Clinical trial accrual among new cancer patients at a community-based cancer center: A prospective study

Ronald S. Go, Kathleen A. Frisby, Jennifer A. Lee, Michelle A. Mathiason, Christine M. Meyer, Jodi L. Ostern, Sara M. Walther, Jonean E. Schroeder, Lori A. Meyer, Kathryn E. Umberger

Research output: Contribution to journalArticlepeer-review

86 Scopus citations


BACKGROUND. To the authors' knowledge, only limited data are available regarding clinical trial accrual patterns and the barriers encountered among newly diagnosed patients seen at community-based cancer centers. METHODS. In the current study, the authors prospectively collected clinical and sociodemographic data from all adult patients seen at a community-based cancer center who had new cancers diagnosed between 2003-2004. Clinical trial enrollment decisions were noted and factors that prevented accrual were identified. RESULTS. There was a total of 1012 new cancer patients. In 587 patients (58%), clinical trials appropriate for the diagnosis and stage of disease were not available. Among those patients for whom trials were available, 19.8% did not meet eligibility criteria, and only 9.9% of patients were enrolled. Although more trials were found to be available for women compared with men (51% vs. 32%; P < 0.01), the accrual rates were equal (11.2% vs. 7.6%; P = 0.24). Elderly patients comprised approximately 59.4% of those patients with available trials, but they were less likely to be enrolled (5.1% vs. 16.8%; P < 0.01). The major barriers to nonparticipation can be grouped into protocol limitations (68.1%), physician triage (16%), and patient decisions (15.9%). The overall accrual rate when all patients were included was 4% (42 of 1012 patients). CONCLUSIONS. At the study institution, participation in clinical trials is reported to be low. The unavailability of appropriate clinical trials represents the most significant barrier. Continuing efforts to encourage physicians and to educate patients remain necessary. If the current study findings are found to be applicable to other community-based cancer centers, making a larger variety of clinical trials available to the community may help to improve the accrual of patients to national cancer clinical trials.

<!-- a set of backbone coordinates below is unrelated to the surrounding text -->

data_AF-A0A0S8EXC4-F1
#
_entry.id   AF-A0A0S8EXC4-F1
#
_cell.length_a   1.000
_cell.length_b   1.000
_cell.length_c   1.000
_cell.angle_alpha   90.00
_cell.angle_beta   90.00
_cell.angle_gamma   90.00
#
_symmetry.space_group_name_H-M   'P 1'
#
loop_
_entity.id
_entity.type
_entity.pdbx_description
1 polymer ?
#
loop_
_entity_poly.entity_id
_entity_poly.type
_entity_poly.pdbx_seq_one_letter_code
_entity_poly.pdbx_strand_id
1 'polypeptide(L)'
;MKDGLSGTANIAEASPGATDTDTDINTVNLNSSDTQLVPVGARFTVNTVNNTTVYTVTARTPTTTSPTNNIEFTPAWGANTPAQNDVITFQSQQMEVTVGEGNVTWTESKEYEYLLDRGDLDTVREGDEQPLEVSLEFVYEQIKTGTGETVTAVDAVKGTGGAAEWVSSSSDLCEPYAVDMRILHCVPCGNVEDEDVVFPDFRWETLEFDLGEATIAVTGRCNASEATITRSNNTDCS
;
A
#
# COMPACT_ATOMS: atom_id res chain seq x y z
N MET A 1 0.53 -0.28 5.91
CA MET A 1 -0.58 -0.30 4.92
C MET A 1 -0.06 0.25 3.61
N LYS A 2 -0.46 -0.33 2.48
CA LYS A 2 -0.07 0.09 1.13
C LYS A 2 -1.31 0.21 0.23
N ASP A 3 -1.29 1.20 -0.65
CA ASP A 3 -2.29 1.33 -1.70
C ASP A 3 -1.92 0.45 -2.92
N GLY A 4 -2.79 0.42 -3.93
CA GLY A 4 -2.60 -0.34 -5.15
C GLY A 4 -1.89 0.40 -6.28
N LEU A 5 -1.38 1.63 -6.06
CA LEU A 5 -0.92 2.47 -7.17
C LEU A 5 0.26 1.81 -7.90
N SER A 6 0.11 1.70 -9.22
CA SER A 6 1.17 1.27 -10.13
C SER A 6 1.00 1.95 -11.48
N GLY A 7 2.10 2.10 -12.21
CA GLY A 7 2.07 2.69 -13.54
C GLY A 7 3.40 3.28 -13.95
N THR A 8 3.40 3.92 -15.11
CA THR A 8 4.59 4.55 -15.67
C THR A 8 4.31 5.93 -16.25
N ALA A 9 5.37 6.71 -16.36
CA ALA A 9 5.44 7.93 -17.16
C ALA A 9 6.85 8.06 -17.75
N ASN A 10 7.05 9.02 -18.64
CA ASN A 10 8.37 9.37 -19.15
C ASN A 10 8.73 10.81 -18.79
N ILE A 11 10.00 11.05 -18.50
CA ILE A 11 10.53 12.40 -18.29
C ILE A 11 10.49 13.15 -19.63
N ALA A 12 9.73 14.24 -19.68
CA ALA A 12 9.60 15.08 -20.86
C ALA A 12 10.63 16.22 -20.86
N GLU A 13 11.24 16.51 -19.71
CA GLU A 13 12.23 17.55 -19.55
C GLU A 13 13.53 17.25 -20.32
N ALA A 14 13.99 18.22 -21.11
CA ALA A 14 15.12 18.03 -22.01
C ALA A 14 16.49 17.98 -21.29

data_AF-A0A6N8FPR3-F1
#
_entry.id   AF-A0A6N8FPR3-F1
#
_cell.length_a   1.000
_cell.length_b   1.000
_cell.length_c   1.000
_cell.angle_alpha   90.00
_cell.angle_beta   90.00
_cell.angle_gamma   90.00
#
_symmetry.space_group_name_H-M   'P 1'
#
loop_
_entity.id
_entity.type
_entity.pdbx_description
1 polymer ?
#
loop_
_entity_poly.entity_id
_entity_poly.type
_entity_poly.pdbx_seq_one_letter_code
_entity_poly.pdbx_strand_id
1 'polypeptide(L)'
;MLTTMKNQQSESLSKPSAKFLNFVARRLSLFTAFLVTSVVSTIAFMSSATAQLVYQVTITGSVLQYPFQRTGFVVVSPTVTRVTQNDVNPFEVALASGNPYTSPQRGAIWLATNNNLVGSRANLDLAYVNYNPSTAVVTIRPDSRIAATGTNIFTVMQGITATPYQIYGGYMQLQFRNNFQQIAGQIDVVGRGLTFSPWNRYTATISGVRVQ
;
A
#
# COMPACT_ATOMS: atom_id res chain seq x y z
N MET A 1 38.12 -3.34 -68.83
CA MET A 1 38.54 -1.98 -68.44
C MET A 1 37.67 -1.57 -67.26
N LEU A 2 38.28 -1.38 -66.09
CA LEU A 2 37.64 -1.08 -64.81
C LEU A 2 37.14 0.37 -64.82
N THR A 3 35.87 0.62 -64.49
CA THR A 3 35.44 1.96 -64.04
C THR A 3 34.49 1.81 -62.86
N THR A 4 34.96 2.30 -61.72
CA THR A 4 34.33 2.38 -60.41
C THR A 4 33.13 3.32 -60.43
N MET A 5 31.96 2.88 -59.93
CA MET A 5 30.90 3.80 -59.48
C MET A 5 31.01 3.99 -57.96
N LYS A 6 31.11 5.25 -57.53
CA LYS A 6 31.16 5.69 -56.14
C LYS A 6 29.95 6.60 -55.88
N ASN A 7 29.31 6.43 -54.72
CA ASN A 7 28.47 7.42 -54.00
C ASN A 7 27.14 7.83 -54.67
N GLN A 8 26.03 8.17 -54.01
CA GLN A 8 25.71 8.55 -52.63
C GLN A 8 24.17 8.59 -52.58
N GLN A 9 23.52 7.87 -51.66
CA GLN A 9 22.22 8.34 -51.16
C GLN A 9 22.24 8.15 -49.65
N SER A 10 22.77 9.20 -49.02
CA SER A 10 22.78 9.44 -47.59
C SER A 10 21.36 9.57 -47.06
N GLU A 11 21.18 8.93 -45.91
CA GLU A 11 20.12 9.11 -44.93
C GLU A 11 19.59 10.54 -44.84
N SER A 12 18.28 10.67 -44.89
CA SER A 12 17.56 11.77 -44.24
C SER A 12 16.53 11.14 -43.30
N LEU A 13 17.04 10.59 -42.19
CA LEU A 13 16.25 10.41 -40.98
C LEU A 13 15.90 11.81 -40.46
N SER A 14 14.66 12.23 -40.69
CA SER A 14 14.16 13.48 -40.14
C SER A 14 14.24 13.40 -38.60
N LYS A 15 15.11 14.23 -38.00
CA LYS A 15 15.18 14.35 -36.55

Original languageEnglish (US)
Pages (from-to)426-433
Number of pages8
Issue number2
StatePublished - Jan 15 2006


  • Accrual
  • Barriers
  • Cancer
  • Clinical trial
  • Patients

ASJC Scopus subject areas

  • Oncology
  • Cancer Research


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